By Suzanne Basra, Content & Internal Communications Manager at Ogilvy UK

 

Established to honor original published thinking on topics of relevance to marketers everywhere, the Atticus Awards are open exclusively to professionals working in WPP companies around the world. Rigorously scored, past Atticus judges have included independent marketing experts including John McArthur, Dean of Harvard University Graduate School of Business Administration and Helen Alexander, CEO, The Economist Group.

Among the winners of the WPP Atticus Awards 2018 is Ogilvy’s EMEA MD for PR & Influence, Iain Bundred. His entry entitled ‘Riding the Wave of Electoral Volatility” with The&Partnership’s Benedict Pringle won in the Public Relations & Public Affairs category.

We caught up with Iain to find out more about the awards, his entry and his plan for the $5,000 prize money.

Congratulations on winning a WPP Atticus Award! Why did you enter the awards?

Given changes in the way voters are responding to marketing, myself and Benedict would often speak about what the 2017 election in the UK could mean. After many conversations between the two of us, we decided this was an interesting point of view to do something with.

Initially, we put our thinking together to create a presentation, which we delivered to WPP agencies at Sea Containers in December. The award entry was a natural follow on from this. As both Benedict and I operate within WPP agencies, we decided the topic could make for an interesting Atticus submission.

We already had the core thought and we had done the thinking upfront, so when it came to turning it into an award entry, the piece quickly materialized. We published a version of the presentation we’d given at Sea Containers on Benedict’s political marketing blog and used this as our Atticus entry, submitting in the nick of time.

Tell us a bit about your entry. 

Our award entry is the product of conversations between two geeks who love politics and marketing. We both have strong points of view on the changing political landscape and how marketing plays into this.

With the EU referendum in 2016 as our starting point, we looked at a collection of various elections from all over the world, from New Zealand to Germany and stopping by Mr Trump’s shock win. Focusing on the UK, we used the 2017 election as a microcosm to explore wider issues. Give it a read – I think it’s still just as relevant now, 12 months on, despite the chaotic political landscape we are experiencing where it feels like everything changes every day!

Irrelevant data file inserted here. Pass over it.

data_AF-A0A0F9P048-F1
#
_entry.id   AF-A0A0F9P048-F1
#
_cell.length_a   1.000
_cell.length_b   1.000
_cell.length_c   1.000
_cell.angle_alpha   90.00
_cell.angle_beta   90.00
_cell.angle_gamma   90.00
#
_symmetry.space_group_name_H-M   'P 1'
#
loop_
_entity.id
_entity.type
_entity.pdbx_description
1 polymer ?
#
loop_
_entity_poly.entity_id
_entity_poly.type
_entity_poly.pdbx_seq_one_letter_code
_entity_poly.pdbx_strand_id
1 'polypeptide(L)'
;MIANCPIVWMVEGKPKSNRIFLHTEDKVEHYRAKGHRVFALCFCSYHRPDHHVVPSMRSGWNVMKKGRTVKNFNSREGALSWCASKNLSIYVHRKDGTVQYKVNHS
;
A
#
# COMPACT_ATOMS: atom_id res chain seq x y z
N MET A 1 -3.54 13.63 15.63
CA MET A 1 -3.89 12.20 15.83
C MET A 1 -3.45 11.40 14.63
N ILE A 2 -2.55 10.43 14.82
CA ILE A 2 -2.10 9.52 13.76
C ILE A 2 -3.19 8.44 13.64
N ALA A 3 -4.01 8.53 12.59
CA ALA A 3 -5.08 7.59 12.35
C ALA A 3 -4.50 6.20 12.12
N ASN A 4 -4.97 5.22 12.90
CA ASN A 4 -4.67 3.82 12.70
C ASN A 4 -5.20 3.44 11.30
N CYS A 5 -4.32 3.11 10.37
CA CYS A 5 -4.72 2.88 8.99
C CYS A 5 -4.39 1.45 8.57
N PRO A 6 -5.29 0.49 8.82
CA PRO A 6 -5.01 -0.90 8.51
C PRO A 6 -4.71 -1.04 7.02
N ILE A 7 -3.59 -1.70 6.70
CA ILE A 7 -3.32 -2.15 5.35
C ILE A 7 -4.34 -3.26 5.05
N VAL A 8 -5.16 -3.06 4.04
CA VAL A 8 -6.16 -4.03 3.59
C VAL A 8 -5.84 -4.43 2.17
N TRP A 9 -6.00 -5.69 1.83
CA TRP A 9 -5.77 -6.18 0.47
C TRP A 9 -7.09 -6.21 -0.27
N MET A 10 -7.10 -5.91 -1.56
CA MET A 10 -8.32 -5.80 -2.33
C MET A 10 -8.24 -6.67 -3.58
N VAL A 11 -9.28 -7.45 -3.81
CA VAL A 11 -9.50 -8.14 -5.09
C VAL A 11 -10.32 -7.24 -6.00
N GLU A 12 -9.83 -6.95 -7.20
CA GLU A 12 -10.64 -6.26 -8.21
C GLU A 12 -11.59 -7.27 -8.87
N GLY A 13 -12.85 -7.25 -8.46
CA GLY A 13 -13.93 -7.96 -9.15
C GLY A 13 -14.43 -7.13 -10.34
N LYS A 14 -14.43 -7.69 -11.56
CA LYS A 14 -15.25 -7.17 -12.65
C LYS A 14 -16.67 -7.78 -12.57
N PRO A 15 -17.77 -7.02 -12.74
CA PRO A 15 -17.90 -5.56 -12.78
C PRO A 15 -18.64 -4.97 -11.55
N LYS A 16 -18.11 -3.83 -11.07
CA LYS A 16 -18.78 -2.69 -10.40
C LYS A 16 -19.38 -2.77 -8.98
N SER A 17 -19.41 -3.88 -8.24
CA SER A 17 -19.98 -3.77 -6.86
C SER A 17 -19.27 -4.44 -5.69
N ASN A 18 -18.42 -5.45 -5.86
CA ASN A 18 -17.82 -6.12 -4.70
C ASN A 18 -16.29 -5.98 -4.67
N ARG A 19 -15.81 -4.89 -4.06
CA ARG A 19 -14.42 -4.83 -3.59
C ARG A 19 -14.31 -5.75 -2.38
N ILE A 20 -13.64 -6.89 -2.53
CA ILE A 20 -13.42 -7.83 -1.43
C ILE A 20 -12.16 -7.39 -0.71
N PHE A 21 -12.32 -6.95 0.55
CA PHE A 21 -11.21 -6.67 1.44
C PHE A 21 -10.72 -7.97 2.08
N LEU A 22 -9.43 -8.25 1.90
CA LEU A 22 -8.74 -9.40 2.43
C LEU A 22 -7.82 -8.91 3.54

Why is this so relevant in today's climate?

Issues we saw from the elections in 2015 and 2017 and the way citizens are responding to elites is so relevant to marketing right now. I also personally think that politics and marketing learn from each other. As the people casting ballots are the same as those standing at the checkouts, business leaders can benefit from understanding the drivers of electoral volatility and learning lessons from the parties and groups that have successfully motivated the public in a time of relative instability. 

Any advice for those wanting to apply this year?

Don’t apply for the sake of applying. Benedict and I were already working on a presentation which we thought was relevant in relation to a powerful subject. Entering this thinking into the Atticus Awards was a bonus for us. I think the key is to always do the thinking first and, if you think you’ve got an insight or point of view that fits the Atticus criteria, go for it. It’s very simple.

Finally... what's your plan for the prize money?

Benedict and I have split the prize money down the middle. The plan for my share is probably an indication that I’m becoming increasingly middle aged - I’m planning to buy a new pair of Church’s shoes and go to Centre Parks with my family. Sigh.

 

You can read Iain & Benedict’s winning entry, ‘Riding the Wave of Electoral Volatility” here.

More about the Atticus Awards here.